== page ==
Reaching New Clients in Rural Michigan
Recently, I talked to Cathy Church, of Church & Korhonen, who has a bankruptcy practice in Marquette. Her clients come from the Upper Peninsula, which is mostly rural. As we spoke, she mentioned that many of her clients came to her from Facebook.
This is not surprising since a 2015 study by the Pew Research Center (Mobile Messaging & Social Media)—which compared several different demographic groups and how they use social media—showed that, while rural users use social media less than urban users, Facebook is their most popular site. 67% of them log on to Facebook.
Michigan covers 56,804 square miles, with a 2016 estimated population of 9,928,300 people—1,796,678 living in rural Michigan (USDA-ERS). Thus 67%, or 1,203,774, of Michigan's rural population uses Facebook. And those folks, per the U.S. Census, live in the northern half of the state, the Thumb, and the Upper Peninsula.
How do you reach rural Internet consumers?
- Facebook: If you want to separate your personal Facebook presence from your business, create a Facebook page which is a public profile specifically created for businesses, brands, celebrities, causes, and other organizations. Unlike personal profiles, pages do not gain "friends," but "fans"—which are people who choose to "like" a page.
- Your Website & Online Member Directory Profile: A website builds trust and credibility, creates a good first impression, and helps consumers contact you. Consumers are often anxious when calling a lawyer. However, those who visit a website, see your picture, or read your profile in the Member Directory, get to know you a little, feel emboldened, and are more likely to call you. And you can announce the publication of new material on your website or Facebook profile page.
- Your Blog: Two basic reasons for writing a blog are to keep your name top of mind for current clients and to attract new clients. Your blog should provide interesting and entertaining information in your area of practice that is useful to current and prospective clients. And you should announce the publication of your new blog on Facebook and your website and include a link to it in your SBM Member Directory profile.
Connecting with the other 33%.
With rural consumers who aren't Internet users, other marketing techniques must be included. Remember face-to-face networking to be sure that everyone you know or meet know that you're a lawyer and the type of law you practice. Other techniques include running ads in the local paper, high school football program, or weekly church bulletin.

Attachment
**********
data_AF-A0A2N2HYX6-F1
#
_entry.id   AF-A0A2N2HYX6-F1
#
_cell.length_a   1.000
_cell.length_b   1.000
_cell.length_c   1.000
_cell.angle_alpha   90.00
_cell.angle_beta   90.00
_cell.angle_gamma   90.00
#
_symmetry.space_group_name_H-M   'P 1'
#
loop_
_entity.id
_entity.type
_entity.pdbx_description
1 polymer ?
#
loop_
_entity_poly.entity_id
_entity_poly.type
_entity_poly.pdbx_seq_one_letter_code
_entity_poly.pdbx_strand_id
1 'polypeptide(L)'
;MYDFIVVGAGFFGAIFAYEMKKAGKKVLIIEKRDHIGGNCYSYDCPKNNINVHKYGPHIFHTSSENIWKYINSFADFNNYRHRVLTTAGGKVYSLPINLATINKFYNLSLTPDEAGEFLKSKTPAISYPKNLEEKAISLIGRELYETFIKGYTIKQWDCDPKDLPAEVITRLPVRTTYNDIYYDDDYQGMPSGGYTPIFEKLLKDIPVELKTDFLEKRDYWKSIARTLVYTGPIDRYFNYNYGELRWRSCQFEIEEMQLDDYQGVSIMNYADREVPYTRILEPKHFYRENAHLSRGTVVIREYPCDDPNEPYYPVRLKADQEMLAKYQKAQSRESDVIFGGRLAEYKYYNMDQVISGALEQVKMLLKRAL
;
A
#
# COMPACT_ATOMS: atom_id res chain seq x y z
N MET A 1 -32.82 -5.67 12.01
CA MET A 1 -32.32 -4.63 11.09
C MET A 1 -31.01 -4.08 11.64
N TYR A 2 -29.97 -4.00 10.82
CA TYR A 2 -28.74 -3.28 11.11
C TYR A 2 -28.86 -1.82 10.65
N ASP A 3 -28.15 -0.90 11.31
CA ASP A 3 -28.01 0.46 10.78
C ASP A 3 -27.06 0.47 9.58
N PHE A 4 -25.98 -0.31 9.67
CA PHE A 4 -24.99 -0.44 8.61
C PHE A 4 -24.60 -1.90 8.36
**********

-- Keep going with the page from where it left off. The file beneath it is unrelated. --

Include a picture of yourself on your website, blog, billboards, and local newspaper ads. Don't be surprised if you're recognized as you move about town. Be ready to talk about your practice and the services you offer. Be careful that your conversations don't respond to individual legal scenarios, as you don't want to create a prospective client-attorney relationship.
Also, remember the ethics rules.
Remember to keep ethics rules in mind when posting, particularly MRPC 7.1, 7.2, and 7.3. Put together an ethics guide for the firm to follow, including the applicable rules and links to relevant ethics opinions available on the State Bar ethics page. Remember, communication that you start with someone you don't know and without invitation, (e.g., online chats), is analogous to ethically prohibited direct solicitation. Don't give legal advice—stick with news and informational posts in your area of practice to avoid the potential of creating client conflicts. When in doubt about the ethics of your Facebook, blog, or website communication, call the SBM ethics helpline at (877) 558-4760 before you post.
Roberta Gubbins has served as the editor of the Ingham County Legal News. Since leaving the paper, she provides services as a ghostwriter editing articles, blogs, and e-blasts for lawyers and law firms. She is the editor of Briefs, the Ingham County Bar Association e-newsletter, and The Mentor, SBM Master Lawyers Section newsletter.
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